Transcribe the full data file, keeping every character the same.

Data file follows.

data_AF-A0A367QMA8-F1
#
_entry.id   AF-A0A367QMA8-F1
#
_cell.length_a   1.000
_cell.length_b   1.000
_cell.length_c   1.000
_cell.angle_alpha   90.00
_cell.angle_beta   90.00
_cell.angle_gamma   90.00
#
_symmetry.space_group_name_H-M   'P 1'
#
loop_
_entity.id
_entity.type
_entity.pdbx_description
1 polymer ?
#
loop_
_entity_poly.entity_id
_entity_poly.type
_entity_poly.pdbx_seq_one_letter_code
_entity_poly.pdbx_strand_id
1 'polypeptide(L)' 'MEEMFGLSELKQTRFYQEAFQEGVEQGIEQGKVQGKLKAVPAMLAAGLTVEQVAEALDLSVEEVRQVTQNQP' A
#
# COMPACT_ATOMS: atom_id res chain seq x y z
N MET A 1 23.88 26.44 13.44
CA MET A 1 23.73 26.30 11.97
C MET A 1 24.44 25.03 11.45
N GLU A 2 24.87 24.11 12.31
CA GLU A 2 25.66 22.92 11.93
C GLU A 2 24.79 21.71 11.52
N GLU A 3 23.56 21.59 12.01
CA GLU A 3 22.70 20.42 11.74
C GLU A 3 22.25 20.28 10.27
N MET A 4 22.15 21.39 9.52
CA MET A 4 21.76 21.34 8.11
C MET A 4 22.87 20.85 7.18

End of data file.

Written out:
data_AF-A0A367QMA8-F1
#
_entry.id   AF-A0A367QMA8-F1
#
_cell.length_a   1.000
_cell.length_b   1.000
_cell.length_c   1.000
_cell.angle_alpha   90.00
_cell.angle_beta   90.00
_cell.angle_gamma   90.00
#
_symmetry.space_group_name_H-M   'P 1'
#
loop_
_entity.id
_entity.type
_entity.pdbx_description
1 polymer ?
#
loop_
_entity_poly.entity_id
_entity_poly.type
_entity_poly.pdbx_seq_one_letter_code
_entity_poly.pdbx_strand_id
1 'polypeptide(L)' 'MEEMFGLSELKQTRFYQEAFQEGVEQGIEQGKVQGKLKAVPAMLAAGLTVEQVAEALDLSVEEVRQVTQNQP' A
#
# COMPACT_ATOMS: atom_id res chain seq x y z
N MET A 1 23.88 26.44 13.44
CA MET A 1 23.73 26.30 11.97
C MET A 1 24.44 25.03 11.45
N GLU A 2 24.87 24.11 12.31
CA GLU A 2 25.66 22.92 11.93
C GLU A 2 24.79 21.71 11.52
N GLU A 3 23.56 21.59 12.01
CA GLU A 3 22.70 20.42 11.74
C GLU A 3 22.25 20.28 10.27
N MET A 4 22.15 21.39 9.52
CA MET A 4 21.76 21.34 8.11
C MET A 4 22.87 20.85 7.18